Friday, October 09, 2015

Friday Hound Blogging

We're pretty sure the overlords don't read this blog much. There's that whole having to put on shoes and tie them, making sure your pants are on frontwards, then going down to the library to use a computer, plus you've got the typing, the little kids staring at you and people moving away. It's a hassle, you know? Much easier to stay home and hope the neighbor forgets to take returnables out of his trash again. Occasionally though we do hear from an overlord, usually to explain to us that the reason we have trouble seeing what is plainly a fact is because we have our craniums fully inserted in our rectums. This is sometimes followed by a personal testimonial concerning how that particular overlord goes above and beyond in the care of  his or her canine charges and if we truly cared about the dogs instead of being bought off by the obscene amounts of cash we collect for being mouthpieces for the animal rights wackos we'd be down at the track with the rest of the rubes losing our savings $2 at a time.

OK so a stopped clock is right twice a day thinks us. Maybe we have been overly critical of the people who put innocent creatures in harm's way on a regular basis in the futile chase after (no) profit. Maybe if we look carefully we will see that in fact the overlords do what they say they do. Maybe it's all just bad press, a vendetta by the animal rights wackos because they are jealous of the overlords, their talent; their prestige; their glamorous lifestyles. Maybe we should stop having Stoli for breakfast.
The Mayhew Animal Home, a rescue organization in London, is searching for someone to adopt Kiddo, a greyhound whose owner gave him away when he was no longer of any use.
Now, one way of reading that sentence is that Kiddo was given up when his owner was no longer of any use--which would make a lot more sense--but we're pretty sure it's the dog. But look, we don't know the details here. This could be a very complicated situation. There could be many reasons Kiddo "is no longer of any use." Maybe he was a therapy dog and the local hospital closed. Maybe he was a service dog and his owner had a miraculous recovery. We're sure there's a logical explanation.
Greyhounds can live well into their teens, according to the ASPCA, but are often retired from racing after just a few years old. Afterward, they are euthanized, sent to breeding facilities or surrendered to shelters.
 Well that is sort of logical because when greyhounds retire from racing, they're pretty used up, right Coach Hero?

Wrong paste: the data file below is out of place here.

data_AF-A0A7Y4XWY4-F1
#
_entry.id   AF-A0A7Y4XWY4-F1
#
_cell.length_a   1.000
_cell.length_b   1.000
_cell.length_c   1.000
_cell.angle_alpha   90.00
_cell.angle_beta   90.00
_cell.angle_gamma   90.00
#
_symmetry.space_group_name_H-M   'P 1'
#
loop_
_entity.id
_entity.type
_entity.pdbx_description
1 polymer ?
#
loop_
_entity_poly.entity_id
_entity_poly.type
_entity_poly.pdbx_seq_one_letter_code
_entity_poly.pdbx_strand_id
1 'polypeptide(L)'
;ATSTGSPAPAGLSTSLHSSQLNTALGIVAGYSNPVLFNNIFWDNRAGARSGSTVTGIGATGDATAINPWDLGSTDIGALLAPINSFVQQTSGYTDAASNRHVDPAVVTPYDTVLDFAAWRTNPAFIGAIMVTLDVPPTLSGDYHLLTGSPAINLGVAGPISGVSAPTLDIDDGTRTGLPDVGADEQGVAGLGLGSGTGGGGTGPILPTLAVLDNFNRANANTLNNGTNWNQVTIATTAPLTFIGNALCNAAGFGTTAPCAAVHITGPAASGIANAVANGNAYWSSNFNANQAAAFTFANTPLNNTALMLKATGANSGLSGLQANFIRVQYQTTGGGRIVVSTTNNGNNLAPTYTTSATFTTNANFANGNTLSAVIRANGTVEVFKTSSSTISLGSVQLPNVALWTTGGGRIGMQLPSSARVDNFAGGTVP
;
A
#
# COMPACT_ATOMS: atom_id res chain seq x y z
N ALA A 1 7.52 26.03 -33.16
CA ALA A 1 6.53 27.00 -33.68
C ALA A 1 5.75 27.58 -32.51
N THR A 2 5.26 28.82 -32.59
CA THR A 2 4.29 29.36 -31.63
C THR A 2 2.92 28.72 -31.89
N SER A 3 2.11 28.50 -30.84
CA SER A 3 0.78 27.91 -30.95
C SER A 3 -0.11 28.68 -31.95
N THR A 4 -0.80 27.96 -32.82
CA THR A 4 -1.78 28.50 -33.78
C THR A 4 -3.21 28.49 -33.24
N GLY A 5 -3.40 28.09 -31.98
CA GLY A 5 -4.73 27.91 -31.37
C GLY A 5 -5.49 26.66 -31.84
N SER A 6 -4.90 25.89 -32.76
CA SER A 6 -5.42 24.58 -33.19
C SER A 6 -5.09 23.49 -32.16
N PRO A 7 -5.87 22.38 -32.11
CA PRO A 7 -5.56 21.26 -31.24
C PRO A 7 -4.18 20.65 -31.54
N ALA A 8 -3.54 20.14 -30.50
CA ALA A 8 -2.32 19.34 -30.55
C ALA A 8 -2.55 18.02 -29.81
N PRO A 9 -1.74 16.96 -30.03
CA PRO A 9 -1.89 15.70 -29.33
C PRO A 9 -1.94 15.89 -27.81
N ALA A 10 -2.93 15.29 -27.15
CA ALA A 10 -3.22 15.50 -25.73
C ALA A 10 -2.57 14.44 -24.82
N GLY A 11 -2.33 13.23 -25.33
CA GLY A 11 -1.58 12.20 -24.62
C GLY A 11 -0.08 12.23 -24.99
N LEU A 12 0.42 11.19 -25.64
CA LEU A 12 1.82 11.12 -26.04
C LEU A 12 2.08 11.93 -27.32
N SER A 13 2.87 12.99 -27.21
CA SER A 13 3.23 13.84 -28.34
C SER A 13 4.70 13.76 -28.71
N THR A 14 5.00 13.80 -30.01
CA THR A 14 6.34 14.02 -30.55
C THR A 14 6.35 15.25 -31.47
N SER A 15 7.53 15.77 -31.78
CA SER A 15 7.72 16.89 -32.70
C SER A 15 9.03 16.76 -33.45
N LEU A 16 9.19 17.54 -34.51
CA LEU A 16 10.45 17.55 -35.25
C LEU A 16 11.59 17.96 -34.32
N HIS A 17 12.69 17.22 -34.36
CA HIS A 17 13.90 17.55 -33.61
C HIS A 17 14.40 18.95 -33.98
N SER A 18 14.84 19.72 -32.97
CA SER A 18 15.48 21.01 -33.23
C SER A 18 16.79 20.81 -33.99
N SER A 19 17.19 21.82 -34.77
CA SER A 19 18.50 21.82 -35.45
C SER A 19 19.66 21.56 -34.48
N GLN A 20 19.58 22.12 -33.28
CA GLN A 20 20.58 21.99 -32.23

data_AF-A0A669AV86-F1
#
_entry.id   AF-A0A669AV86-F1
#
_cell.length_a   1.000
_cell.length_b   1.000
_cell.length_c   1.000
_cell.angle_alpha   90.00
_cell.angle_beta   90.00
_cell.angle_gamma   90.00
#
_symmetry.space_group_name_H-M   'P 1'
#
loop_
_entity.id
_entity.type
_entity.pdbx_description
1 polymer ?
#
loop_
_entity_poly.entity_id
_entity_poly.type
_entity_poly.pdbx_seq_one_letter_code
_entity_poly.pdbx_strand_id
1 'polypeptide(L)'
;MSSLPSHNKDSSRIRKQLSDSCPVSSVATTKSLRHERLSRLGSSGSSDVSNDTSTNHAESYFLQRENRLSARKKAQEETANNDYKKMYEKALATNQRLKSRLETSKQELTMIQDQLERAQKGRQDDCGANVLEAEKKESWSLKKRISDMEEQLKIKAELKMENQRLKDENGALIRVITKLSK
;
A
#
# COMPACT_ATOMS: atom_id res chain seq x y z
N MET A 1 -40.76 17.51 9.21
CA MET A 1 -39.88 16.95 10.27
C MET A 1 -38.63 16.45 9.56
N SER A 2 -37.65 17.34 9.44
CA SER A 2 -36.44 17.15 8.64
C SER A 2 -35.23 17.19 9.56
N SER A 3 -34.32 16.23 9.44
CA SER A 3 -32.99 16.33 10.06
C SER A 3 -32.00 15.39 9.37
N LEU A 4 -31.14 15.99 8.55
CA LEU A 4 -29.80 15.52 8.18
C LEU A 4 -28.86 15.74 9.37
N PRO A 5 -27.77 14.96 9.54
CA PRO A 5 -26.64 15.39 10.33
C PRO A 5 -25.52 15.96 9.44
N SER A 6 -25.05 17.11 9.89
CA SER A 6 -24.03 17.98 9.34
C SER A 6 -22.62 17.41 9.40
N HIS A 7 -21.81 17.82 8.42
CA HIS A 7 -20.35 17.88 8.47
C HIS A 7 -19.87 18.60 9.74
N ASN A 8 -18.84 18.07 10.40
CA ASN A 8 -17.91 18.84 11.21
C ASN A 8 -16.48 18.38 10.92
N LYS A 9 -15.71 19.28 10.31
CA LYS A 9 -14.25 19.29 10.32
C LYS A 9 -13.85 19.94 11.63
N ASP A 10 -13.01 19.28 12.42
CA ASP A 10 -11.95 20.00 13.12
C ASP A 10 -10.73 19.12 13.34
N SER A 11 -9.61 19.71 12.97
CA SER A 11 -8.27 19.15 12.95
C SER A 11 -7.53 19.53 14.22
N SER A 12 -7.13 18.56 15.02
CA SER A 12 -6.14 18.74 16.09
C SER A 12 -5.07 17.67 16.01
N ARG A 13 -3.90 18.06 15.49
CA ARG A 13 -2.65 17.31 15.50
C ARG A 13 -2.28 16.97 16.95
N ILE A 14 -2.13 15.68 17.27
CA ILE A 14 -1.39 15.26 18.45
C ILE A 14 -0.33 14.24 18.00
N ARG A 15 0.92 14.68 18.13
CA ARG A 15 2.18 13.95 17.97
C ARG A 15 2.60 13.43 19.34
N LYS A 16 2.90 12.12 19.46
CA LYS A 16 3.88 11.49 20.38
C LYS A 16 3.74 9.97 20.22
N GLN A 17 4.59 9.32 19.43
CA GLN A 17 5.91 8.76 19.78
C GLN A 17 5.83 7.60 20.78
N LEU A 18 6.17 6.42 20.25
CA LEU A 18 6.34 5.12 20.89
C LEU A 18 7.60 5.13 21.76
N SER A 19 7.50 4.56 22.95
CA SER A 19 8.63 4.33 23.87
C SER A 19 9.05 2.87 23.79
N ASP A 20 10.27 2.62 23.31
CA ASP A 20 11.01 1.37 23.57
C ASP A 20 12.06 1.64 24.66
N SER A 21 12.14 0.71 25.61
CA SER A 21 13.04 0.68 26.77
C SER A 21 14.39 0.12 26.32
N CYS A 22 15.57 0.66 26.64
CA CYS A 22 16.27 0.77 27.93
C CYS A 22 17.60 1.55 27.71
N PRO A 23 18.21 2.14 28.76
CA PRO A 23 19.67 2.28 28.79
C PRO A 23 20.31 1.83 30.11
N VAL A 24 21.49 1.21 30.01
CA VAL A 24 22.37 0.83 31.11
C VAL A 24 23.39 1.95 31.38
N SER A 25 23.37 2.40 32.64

According to an analysis by GREY2K USA Research Director Matt Read, greyhounds routinely race on little rest at the Mexico track. For example, a dog named Coach Hero has entered in a shocking 413 races since 2011. Nearly half of his races occurred after he received only a single day of rest, and nearly three-quarters of his racing starts occurred after he received two days or less. An examination of other dogs competing at the track shows that Coach Hero isn't the exception. When it comes to racing on little rest, he's the tragic rule.
 But you know, it's all good because the dogs come off the track and those that aren't killed head off to a new life as pets. They have a great career to look back on and a carefree, comfortable healthy life ahead of them. No harm no foul, yo?
Racing dogs on little rest is inhumane and irresponsible. It increases the risk of injury, and can cause a disorder named exertional rhabdomyolysis, in which skeletal muscles begin to break down. According to industry handbook Care of the Racing and Retired Greyhound, this disorder appears in overworked greyhounds, which it defines as "two to three races or trials per week."
Oh. Umm...OK, we're going to need one of you overlords to borrow bus fare and get down to the library so you can tell us again how much you care about the welfare of the dogs and what a great job you do taking care of them. What's that you say Maxim? Don't hold our breaths?


Maxim is a three year old boy will need a home without cats or small dogs. For more information about this dog, and other rescued racing greyhounds looking for homes, go here. If you don't know about the plight of racing greyhounds go here and here.

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